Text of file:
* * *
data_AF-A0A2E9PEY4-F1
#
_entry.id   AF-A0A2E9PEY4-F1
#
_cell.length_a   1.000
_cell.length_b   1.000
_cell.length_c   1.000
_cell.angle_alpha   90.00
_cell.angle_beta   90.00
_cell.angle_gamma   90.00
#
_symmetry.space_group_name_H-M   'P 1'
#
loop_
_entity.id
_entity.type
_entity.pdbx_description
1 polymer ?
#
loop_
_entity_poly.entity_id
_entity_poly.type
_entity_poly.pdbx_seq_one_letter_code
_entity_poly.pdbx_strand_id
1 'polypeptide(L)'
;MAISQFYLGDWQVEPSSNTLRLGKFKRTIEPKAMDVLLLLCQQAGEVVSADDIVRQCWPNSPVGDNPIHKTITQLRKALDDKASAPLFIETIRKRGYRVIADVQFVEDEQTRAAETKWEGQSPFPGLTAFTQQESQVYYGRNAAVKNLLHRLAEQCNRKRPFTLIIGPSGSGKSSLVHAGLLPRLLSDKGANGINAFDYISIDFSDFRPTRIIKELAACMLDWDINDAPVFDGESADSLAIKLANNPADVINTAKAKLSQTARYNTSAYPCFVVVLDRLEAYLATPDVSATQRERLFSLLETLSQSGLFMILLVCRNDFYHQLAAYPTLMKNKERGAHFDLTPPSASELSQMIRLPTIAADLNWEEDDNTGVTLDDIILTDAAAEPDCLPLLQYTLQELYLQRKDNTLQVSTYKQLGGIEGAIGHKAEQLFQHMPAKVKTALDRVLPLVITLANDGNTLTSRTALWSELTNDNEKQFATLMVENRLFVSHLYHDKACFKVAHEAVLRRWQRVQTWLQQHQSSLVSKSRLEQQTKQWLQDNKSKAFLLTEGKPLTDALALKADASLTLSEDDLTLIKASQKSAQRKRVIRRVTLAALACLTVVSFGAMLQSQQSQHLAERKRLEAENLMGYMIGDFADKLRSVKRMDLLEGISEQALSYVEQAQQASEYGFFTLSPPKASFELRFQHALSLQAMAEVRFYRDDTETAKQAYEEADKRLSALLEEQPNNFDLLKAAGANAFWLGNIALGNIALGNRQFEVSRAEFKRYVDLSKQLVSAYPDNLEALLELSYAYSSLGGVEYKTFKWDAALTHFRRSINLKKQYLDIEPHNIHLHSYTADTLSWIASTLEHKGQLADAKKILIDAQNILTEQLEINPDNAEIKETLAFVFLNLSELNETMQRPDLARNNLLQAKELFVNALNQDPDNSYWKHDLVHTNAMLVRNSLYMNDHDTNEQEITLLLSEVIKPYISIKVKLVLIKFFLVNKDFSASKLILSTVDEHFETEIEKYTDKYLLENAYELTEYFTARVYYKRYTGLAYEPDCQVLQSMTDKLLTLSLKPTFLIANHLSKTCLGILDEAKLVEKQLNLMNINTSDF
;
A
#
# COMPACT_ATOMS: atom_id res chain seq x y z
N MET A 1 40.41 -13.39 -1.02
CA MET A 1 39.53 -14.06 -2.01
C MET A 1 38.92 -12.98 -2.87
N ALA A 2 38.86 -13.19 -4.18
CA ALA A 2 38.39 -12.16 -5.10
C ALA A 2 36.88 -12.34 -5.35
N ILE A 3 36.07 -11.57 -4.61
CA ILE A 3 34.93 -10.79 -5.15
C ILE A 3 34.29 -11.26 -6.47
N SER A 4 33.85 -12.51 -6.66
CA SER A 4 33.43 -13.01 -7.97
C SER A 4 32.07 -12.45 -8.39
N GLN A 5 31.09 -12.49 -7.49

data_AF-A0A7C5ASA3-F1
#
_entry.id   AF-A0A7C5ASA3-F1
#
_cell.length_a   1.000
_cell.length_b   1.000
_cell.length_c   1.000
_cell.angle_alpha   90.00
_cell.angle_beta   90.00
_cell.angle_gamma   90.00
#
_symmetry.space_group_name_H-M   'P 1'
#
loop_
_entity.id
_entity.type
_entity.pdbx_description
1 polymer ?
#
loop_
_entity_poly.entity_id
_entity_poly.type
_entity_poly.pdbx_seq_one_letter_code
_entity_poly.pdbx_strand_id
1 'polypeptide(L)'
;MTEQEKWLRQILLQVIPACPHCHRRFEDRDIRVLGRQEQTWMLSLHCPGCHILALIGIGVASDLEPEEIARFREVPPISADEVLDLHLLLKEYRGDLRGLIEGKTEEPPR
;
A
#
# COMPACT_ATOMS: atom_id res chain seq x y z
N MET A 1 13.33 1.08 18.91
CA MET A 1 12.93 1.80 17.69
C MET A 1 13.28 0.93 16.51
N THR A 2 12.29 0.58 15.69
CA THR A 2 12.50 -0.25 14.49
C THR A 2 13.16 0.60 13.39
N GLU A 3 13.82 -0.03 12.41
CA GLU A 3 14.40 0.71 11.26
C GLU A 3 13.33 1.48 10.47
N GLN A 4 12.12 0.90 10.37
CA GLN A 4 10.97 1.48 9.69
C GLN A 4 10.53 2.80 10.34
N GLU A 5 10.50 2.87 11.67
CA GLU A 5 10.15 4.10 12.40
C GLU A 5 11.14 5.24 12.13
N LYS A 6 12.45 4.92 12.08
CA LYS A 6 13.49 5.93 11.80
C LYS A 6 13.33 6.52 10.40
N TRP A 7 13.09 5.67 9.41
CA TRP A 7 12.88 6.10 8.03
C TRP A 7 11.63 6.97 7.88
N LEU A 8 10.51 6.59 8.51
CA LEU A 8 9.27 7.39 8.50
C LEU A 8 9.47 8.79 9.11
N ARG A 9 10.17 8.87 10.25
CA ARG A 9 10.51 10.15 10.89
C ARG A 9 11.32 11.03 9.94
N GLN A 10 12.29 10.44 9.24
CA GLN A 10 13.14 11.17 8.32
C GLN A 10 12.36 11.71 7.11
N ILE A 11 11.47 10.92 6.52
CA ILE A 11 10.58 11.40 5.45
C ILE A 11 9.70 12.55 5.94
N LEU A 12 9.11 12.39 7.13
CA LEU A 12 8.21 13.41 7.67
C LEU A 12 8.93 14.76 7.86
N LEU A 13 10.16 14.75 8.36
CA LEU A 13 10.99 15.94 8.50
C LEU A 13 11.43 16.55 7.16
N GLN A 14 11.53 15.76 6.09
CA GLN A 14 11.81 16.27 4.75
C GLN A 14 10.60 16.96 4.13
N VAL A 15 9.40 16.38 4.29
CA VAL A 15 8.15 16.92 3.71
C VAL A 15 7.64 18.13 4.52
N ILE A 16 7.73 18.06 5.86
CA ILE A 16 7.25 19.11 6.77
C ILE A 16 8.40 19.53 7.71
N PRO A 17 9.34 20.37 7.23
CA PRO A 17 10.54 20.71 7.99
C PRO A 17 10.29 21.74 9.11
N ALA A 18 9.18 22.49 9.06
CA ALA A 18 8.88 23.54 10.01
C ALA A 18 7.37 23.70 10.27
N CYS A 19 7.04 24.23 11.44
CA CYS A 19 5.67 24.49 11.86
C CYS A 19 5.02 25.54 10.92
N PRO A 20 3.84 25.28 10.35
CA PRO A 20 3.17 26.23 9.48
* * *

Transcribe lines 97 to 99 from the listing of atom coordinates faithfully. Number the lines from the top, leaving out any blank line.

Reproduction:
C LEU A 8 9.47 8.79 9.11
N ARG A 9 10.17 8.87 10.25
CA ARG A 9 10.51 10.15 10.89